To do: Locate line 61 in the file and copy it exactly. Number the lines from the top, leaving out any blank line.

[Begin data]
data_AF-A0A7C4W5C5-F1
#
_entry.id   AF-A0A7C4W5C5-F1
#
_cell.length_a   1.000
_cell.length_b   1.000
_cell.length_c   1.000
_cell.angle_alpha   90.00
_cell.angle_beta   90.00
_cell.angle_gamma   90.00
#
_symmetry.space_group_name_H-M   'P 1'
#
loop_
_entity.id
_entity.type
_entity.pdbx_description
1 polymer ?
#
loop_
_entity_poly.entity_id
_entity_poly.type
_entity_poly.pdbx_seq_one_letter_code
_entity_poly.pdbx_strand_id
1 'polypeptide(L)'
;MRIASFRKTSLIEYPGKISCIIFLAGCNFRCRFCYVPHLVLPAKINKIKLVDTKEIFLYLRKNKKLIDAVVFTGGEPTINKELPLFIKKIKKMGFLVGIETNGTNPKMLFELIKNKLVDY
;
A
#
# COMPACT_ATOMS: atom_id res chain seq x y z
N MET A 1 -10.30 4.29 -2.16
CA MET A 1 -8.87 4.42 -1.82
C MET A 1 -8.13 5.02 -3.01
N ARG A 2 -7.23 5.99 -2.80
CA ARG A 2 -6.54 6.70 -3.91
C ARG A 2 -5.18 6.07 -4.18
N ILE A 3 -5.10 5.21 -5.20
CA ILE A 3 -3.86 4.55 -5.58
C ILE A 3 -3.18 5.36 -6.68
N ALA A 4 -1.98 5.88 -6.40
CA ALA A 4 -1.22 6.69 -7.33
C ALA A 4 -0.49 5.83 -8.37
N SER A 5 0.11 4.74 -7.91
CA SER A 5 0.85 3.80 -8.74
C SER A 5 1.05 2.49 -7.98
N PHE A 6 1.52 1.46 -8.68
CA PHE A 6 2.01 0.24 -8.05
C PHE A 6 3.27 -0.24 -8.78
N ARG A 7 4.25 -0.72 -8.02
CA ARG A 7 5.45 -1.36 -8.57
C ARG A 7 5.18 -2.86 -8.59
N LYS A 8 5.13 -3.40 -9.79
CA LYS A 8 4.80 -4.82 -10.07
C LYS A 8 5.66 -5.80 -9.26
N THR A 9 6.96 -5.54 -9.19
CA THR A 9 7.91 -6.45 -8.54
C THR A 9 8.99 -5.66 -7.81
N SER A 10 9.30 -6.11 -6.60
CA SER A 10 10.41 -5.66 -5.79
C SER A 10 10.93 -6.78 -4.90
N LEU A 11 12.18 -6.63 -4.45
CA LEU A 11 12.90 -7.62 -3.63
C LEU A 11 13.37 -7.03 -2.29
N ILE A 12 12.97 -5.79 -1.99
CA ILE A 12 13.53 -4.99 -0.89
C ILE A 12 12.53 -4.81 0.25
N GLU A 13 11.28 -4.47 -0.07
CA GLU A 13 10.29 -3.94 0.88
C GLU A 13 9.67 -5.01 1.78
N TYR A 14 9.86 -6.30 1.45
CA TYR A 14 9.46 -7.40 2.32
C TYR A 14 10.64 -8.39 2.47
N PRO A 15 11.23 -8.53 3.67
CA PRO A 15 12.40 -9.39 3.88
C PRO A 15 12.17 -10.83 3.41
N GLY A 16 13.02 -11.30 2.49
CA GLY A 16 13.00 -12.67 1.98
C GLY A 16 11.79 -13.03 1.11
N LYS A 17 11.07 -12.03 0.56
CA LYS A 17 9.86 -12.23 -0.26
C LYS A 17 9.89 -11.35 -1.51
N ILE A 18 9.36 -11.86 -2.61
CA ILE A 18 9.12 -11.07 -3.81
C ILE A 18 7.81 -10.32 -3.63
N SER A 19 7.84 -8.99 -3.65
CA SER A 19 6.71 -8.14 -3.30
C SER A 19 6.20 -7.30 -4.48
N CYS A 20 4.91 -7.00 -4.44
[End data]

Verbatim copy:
N LEU A 11 12.18 -6.63 -4.45